• Do some creative work every day to keep the pipes oiled
  • Throughout a two hour lunch, Picasso’s hands were never idle. He doodled, sketched, and drew. Keep creativity flowing, don’t worry about the outcome. 
  • Put serious focus into a few projects
  • Questions to ask yourself:
    • “What are the top four or five goals in your life?”
    • From a future perspective, “Is this what I really wished I had done?”
  • If you really want to feel intimate with someone, say something authentic about your feelings when you feel them – speak the truth of fear and anger as well as hurt.
  • “Polite” / PC culture makes so many people sad because we have been brainwashed to overlook the obvious signs of feelings, to pretend they are not there.
  • Questions to ask when you’re not feeling good:
    • Where am I out of integrity?
    • What feelings am I denying?
    • What truths am I hiding?
  • To be “in alignment” means feeling and handling our fear, expressing the creativity that is within us
  • You’ve got to go all in if you wish to succeed because without total commitment, you are fooling yourself.
  • You are already getting what you’re committed to.
  • When the room lights are off, how much inner light is still on?
  • Be a Leveler – someone who knows that having a good time and helping others have a good time is what life’s all about. Levelers choose love over creating melodramas based on fear.
  • You’re either in one of two camps: “What Can I Get?” or “What Can I Do To Help?”
  • Trying to get other people to love us – when we don’t think we’re loveable – is like a dog chasing its own tail.
  • Don’t know how to love yourself? Love yourself for not knowing exactly how to love yourself.
  • If you are authentic with yourself, you’ll stay in a naturally good mood as you walk around the world. If you tell the authentic truth, you’ll have clear relationships with others. If you don’t, things will get out of control quickly.
  • Under all major messes is a truth that didn’t get told, a truth that would have taken about 10 seconds to tell.
  • If you lead with appreciation – actually start conversations off with appreciations throughout the day – you’ll create a field of positive energy around you wherever you go.
  • On listening: Breathe while other people are speaking. Pause briefly after they finish before you rush in with your point of view. People like it when you give them an informal summary of what they’ve just said.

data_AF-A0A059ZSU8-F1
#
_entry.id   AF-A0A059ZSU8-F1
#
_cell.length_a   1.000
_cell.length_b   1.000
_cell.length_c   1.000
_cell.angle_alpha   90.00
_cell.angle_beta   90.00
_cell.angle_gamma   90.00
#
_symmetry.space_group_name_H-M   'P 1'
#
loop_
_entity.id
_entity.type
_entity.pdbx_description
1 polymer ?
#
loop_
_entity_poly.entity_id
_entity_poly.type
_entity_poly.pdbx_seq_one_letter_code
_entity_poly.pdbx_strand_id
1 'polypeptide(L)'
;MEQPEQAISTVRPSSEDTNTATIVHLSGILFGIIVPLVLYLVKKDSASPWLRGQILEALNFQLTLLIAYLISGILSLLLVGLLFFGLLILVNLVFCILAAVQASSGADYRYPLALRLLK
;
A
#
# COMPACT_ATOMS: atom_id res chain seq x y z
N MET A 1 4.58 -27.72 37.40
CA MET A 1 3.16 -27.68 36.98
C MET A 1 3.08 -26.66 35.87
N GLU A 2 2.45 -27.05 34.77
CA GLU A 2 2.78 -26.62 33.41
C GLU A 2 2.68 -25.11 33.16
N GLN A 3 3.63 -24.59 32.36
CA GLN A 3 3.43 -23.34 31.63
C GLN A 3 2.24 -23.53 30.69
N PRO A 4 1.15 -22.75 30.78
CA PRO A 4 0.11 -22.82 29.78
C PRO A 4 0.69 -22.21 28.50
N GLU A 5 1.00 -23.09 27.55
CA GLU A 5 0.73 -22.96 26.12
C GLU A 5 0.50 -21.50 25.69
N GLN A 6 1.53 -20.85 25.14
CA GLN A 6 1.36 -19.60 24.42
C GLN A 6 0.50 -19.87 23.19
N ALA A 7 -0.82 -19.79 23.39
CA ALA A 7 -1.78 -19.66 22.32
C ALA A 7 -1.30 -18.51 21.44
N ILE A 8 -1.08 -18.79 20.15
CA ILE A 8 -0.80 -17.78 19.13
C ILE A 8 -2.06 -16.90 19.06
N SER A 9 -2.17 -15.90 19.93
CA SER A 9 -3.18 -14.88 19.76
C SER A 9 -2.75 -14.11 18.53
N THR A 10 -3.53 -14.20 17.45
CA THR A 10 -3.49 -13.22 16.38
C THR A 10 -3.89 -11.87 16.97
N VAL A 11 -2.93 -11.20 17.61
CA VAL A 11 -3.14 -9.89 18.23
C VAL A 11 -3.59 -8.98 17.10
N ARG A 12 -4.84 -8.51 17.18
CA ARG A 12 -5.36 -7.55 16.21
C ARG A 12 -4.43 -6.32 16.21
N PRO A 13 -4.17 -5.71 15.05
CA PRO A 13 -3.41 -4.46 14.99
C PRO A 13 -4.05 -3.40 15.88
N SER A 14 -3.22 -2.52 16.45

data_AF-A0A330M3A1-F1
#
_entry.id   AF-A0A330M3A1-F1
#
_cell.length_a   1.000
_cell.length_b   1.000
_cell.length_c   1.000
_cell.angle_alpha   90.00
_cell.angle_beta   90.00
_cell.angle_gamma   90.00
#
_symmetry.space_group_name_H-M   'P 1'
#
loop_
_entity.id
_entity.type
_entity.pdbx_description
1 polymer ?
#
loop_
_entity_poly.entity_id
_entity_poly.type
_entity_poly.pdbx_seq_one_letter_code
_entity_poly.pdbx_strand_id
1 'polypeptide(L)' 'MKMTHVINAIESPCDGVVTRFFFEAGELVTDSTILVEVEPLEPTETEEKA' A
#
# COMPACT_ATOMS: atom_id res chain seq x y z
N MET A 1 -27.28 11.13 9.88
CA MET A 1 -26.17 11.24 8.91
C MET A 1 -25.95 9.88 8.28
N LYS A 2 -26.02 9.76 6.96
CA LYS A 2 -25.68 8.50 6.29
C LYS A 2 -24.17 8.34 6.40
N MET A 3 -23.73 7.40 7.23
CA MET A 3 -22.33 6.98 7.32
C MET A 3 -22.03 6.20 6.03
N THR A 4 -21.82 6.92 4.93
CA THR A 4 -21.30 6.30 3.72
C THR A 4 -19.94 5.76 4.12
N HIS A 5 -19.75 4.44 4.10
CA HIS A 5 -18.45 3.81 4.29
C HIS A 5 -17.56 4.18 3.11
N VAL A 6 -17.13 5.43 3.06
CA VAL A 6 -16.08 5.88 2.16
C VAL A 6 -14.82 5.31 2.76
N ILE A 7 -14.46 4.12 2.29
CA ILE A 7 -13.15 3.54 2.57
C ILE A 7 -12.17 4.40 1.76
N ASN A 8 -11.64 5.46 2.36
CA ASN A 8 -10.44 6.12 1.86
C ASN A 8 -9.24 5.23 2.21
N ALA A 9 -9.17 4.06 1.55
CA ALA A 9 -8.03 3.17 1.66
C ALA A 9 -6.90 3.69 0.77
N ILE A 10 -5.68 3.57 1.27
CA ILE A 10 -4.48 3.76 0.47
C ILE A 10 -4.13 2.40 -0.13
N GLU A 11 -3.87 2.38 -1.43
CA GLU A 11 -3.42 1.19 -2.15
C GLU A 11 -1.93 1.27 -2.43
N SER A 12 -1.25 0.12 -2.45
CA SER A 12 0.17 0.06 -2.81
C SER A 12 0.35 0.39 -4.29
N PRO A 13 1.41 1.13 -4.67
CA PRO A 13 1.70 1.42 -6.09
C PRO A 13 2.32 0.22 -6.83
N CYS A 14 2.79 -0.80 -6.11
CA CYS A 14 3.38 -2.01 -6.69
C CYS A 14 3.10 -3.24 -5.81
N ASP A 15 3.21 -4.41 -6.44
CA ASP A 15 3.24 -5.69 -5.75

• “If I understand what you’re saying, you…”
    • “Let me see if I’ve got what you mean…”
  • Simple rule to follow: do what you say you’re going to do. Don’t do what you say you’re not going to do.
  • Say something authentic every hour
  • Speak an appreciation once an hour
  • “When you reach out to touch another person, you are touching the whole universe. You are the universe touching itself. The universe is a whole, and it also has individual parts. Although we may think of ourselves as individual parts, we are always in relationship to the wholeness of ourselves, others, and the world around us.”
  • When we think of “the world,” we are really just thinking of our relationships
  • The only hope for genuine growth comes from taking responsibility for everything we’ve previously claimed victimhood for.
  • We create the exact situations we complain about most
  • Gay’s belief: monogamy is the only path that works. Everything else is complicated and requires so much time to process. Impossible to be in integrity with all parties involved. Little energy after for creativity.
  • We lose sexual interest in people whom we lie. As long as we speak the truth, we are contributing to a healthy sexual environment as well as a healthy environment in general
  • There is only one intention that brings ultimate sexual fulfillment: to celebrate the essence of your partner and yourself through lovemaking
  • William James (founder of Psychology) believes his greatest discovery: one can change the outer circumstances of one’s life by changing one’s thoughts
  • When we are expanding our consciousness in love and awareness and gratitude, our goals seem to manifest quickly, as if by magic (explains why so many synchronicities happened in San Diego from Sept-Dec 2019)
  • Few minutes of visualization every day better than once a week for an hour (same as exercise and meditation)
  • The moment you love things the way they are, they are not the way they were any longer. Now they’ve been bathed in love
  • If we are equal with all that is, we support the universe and the universe supports us. When we relax into the support that is happening all around us, we can be carried faster to our destination